Jesus heals the broken and comforts the abandoned.

God frees prisoners – he gives sight to the blind, he lifts up the fallen.

Jesus calls each of us to pardon as we are pardoned.

God loves good people, protects strangers, takes the side of orphans and widows, but makes short work of the wicked.

The Spirit dwells within each of us, making a place for God’s abundant help to rescue, reconcile and redeem . . . so that we too might take part in God’s great plan of salvation.

generosity_of_god_smallWhen we use the scripture link to explore other versions of Psalm 146, we discover God’s abundant help. We discover God’s great plan for salvation life.

Click on the images to discover more about “Accessing God’s Willing Generosity,” and other thoughts on God’s abundant help. 

 

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James 5:7-11: A Prayer for Patience

Friday, October 30, 2015patience1

We have considered the difficulty of blooming in early or late rains. We have pondered the mercy we find in God’s Law of Love, and we have reflected on the importance of patience in our lives as we learn to live out mercy and humility in an authentic way. Ultimately, each of us and all of us are called. Each of us and all of us are gathered in. Each of us and all of us are offered the gift of transformation. But first we must learn and exercise the practice of patience.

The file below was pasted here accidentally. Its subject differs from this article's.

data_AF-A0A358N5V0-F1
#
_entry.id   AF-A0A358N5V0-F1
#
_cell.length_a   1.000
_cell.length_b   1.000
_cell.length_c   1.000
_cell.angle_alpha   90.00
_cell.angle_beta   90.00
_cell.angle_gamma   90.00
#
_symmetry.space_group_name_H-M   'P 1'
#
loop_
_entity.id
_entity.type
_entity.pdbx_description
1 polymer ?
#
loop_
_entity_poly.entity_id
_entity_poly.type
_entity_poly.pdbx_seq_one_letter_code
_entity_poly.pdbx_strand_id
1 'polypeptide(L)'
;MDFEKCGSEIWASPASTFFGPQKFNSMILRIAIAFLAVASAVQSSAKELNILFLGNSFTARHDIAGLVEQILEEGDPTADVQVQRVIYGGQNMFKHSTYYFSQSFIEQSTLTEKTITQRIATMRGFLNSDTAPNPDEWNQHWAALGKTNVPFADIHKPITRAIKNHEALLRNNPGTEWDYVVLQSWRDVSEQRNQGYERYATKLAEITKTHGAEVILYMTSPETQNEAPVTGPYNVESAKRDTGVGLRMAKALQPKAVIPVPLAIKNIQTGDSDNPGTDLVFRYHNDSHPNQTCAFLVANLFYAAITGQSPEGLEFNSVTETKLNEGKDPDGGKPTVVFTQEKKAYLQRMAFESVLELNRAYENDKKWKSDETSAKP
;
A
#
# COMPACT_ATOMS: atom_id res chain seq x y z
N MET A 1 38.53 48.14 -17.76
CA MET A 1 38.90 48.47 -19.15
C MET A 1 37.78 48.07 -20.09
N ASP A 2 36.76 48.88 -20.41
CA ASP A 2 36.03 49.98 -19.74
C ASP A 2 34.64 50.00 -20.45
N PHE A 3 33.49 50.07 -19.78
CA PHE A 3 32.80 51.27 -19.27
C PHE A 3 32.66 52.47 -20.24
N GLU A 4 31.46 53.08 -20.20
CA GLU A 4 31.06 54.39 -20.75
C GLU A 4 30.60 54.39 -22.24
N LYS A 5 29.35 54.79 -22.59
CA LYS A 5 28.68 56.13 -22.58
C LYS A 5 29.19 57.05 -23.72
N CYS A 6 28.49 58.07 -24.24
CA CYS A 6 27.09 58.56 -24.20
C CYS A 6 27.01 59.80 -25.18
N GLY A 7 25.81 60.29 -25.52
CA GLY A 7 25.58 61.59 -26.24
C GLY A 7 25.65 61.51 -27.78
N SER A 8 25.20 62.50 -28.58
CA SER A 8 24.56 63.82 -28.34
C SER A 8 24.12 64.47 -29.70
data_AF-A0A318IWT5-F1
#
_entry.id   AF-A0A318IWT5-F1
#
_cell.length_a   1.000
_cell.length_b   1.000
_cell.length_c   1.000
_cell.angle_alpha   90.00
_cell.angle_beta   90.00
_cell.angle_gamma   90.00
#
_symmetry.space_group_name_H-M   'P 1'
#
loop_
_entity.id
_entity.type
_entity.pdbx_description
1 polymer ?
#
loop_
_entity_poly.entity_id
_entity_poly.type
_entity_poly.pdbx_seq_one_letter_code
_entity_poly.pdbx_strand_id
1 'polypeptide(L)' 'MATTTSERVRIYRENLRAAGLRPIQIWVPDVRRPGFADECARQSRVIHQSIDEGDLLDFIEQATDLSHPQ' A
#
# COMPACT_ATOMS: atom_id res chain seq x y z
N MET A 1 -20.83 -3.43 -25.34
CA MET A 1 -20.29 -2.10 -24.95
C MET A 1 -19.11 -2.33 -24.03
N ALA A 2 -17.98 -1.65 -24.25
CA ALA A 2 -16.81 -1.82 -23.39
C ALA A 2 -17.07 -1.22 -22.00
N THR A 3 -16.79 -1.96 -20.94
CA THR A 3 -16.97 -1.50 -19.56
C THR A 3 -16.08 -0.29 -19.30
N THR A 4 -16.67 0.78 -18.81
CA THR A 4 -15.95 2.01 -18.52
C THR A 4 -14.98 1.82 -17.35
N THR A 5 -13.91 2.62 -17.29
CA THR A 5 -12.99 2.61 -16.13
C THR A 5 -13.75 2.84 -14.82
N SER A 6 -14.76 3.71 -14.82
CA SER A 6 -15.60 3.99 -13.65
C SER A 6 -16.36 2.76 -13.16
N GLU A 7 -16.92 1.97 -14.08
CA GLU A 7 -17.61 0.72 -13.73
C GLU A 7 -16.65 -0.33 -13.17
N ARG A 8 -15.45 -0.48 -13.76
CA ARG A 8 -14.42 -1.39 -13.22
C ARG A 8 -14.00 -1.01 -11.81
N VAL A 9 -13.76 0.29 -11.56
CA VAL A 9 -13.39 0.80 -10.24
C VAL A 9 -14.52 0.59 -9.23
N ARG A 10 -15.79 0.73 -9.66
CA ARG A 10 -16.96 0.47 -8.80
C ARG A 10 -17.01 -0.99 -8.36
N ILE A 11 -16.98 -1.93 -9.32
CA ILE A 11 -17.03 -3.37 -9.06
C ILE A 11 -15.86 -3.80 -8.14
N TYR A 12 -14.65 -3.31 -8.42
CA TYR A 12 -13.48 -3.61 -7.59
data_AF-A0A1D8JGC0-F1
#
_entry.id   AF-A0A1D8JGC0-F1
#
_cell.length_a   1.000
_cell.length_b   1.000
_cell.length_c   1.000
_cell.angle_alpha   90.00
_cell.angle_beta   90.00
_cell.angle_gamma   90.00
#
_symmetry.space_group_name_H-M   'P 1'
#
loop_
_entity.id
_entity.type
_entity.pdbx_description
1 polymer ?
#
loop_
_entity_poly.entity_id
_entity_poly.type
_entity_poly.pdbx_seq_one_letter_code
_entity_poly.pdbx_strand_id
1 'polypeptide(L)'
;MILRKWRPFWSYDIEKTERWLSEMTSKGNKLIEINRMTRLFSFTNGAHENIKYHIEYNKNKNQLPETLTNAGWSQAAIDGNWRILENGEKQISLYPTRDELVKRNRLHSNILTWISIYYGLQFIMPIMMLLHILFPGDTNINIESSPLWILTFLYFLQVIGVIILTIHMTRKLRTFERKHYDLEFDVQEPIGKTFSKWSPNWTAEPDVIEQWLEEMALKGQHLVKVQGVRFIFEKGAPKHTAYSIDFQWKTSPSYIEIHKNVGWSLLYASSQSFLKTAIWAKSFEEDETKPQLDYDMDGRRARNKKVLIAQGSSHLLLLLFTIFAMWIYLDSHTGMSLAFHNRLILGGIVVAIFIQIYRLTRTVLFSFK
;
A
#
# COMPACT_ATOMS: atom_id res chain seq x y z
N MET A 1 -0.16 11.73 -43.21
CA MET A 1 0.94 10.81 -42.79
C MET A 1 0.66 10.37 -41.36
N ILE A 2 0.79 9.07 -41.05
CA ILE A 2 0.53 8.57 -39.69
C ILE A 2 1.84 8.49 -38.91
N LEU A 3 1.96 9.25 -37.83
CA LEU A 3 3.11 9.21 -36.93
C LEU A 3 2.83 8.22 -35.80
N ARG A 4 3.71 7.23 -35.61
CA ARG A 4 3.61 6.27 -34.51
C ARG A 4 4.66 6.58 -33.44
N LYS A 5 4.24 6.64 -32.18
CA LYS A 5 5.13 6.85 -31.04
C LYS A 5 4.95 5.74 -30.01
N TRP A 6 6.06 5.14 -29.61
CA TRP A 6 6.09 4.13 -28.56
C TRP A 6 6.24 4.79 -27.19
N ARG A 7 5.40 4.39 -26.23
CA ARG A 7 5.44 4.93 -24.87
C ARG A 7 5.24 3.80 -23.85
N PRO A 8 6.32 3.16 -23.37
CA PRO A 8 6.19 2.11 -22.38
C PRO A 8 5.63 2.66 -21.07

It is easy to define patience as a virtue and still easier to see impatience in others. Patience as a concept can be diminished to a simple exercise that we practice once in a while when there is no great demand placed on us. The more difficult task is to act continually with a patience that is not bitter or nostalgic; and it is a challenge for many of us to operate from humility, to trust God without question.

When asked to place our lives in God’s hands, we must be ready to humbly ourselves before God’s plan, to trust God in both simple and grave matters, and to obey God’s call with a grateful and happy heart. This is no small request. And so we pray.

heart-shaped-bible-pageLoyal and healing God, lead us in simple obedience of your well-devised plan.

Powerful and eternal God, guide us in trusting you alone above all else.

Humble and tender God, help us to persevere in patient living with you.

We thank you for coming to us as our human brother, Jesus. We are grateful for the abiding consolation of your Spirit. And we rest in the assurance that the humility and patience that Jesus shows us is The Way we ourselves must follow. May we today and all days live and act in patience. Amen.